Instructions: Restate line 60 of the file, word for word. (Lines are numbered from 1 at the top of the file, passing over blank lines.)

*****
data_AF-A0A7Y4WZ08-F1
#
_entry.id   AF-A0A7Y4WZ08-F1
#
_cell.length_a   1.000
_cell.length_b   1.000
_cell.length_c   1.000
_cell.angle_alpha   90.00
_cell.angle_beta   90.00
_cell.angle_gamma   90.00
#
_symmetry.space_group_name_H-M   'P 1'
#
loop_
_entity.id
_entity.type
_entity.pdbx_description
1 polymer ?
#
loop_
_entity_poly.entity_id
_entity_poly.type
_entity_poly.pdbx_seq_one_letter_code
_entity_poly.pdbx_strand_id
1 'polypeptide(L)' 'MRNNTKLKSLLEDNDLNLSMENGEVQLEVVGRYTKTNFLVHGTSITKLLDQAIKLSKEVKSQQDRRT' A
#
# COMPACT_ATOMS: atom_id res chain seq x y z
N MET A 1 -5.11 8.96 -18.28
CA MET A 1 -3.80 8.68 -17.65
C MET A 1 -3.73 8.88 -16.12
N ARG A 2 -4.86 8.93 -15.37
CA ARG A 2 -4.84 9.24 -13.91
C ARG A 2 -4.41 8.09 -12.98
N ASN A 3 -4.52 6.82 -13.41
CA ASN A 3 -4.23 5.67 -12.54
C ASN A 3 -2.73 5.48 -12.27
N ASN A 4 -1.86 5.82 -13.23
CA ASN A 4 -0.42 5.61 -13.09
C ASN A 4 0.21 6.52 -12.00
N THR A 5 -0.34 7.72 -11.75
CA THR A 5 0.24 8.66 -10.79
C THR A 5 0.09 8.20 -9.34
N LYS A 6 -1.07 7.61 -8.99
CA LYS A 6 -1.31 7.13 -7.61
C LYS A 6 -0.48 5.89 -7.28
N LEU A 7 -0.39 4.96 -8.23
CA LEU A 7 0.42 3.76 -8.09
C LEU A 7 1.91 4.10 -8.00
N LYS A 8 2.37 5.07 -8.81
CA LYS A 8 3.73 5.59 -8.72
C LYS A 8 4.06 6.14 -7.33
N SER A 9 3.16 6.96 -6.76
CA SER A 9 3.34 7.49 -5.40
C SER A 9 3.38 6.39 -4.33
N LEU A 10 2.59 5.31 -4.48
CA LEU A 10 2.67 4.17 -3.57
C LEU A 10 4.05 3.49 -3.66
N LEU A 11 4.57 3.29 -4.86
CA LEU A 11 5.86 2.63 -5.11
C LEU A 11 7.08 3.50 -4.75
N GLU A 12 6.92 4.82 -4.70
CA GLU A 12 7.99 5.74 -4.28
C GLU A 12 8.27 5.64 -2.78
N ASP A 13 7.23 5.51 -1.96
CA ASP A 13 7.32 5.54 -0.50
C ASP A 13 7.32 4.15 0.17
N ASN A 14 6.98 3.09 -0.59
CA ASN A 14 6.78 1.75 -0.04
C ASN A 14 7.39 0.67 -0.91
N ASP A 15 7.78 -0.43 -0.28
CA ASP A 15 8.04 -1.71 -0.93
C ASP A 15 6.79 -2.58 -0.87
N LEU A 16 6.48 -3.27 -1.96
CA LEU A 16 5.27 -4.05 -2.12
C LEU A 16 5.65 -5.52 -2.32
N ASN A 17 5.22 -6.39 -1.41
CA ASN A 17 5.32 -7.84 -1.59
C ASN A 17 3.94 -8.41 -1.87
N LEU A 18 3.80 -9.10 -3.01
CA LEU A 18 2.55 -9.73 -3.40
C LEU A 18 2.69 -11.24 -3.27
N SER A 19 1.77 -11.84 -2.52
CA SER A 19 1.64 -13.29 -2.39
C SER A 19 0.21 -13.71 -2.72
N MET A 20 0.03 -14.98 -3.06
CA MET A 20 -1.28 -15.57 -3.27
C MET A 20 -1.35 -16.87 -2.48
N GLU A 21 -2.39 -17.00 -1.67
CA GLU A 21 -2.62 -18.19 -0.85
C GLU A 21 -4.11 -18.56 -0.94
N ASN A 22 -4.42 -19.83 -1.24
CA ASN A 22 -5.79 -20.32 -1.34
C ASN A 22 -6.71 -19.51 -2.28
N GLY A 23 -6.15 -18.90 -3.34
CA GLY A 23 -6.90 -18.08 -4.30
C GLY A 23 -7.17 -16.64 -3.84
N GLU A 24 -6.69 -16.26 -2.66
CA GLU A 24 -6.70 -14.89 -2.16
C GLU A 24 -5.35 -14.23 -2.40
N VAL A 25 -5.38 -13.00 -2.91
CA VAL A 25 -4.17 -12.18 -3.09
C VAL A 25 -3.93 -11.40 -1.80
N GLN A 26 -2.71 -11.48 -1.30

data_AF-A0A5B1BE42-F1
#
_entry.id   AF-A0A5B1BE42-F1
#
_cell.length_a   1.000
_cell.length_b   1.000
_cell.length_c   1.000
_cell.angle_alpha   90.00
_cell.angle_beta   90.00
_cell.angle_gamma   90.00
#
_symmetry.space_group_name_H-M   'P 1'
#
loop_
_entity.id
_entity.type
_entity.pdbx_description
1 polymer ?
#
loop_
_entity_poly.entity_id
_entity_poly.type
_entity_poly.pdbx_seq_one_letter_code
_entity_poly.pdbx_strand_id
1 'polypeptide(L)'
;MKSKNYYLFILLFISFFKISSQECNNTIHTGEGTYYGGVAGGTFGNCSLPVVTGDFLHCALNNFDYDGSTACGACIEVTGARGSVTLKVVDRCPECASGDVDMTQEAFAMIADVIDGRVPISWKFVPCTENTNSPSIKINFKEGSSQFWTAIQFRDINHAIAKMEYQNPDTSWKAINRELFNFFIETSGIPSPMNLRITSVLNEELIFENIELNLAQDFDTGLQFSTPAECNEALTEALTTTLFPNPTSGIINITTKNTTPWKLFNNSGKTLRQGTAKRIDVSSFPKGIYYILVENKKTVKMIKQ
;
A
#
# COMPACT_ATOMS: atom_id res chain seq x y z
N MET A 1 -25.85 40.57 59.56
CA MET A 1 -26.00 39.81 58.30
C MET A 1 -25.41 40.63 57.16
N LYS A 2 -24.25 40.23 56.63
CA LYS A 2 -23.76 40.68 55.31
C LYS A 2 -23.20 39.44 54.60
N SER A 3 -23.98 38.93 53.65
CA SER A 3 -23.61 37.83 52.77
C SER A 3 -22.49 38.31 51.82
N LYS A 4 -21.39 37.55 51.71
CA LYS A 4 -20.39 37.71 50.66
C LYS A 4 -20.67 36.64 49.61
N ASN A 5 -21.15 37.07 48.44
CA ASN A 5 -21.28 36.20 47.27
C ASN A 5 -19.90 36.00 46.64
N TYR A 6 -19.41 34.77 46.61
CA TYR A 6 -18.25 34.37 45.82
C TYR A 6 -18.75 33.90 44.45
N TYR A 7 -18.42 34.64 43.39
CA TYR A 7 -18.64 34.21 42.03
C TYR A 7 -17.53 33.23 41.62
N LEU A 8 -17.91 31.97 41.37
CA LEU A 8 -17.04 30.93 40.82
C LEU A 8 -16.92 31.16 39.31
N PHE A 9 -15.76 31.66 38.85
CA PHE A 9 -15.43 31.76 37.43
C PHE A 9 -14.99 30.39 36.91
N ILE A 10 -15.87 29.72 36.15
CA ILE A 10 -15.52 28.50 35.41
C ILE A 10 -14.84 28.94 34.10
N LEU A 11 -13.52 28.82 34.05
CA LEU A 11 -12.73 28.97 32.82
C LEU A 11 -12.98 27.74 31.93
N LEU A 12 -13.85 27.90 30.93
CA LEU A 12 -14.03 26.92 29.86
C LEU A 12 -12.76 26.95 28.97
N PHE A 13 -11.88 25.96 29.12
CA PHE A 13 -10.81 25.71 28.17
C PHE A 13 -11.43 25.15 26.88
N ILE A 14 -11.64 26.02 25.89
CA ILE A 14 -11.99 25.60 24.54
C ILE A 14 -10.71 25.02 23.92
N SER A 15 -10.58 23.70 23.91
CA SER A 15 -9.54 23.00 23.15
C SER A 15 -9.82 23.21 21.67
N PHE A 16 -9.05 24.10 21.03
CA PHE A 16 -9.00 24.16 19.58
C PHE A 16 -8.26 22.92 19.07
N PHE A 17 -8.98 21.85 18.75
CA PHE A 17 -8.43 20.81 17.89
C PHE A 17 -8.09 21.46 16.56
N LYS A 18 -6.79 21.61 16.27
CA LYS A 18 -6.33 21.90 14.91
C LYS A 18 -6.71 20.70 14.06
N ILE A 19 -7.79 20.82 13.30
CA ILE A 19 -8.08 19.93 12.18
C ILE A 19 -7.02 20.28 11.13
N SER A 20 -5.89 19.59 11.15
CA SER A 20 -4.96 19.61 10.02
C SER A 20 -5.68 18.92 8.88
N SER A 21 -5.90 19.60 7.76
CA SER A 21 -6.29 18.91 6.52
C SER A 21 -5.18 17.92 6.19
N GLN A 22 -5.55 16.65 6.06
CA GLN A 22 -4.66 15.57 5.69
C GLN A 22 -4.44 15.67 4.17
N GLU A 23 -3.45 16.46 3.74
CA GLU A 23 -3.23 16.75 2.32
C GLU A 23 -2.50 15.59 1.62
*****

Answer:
C LEU A 11 7.08 3.50 -4.75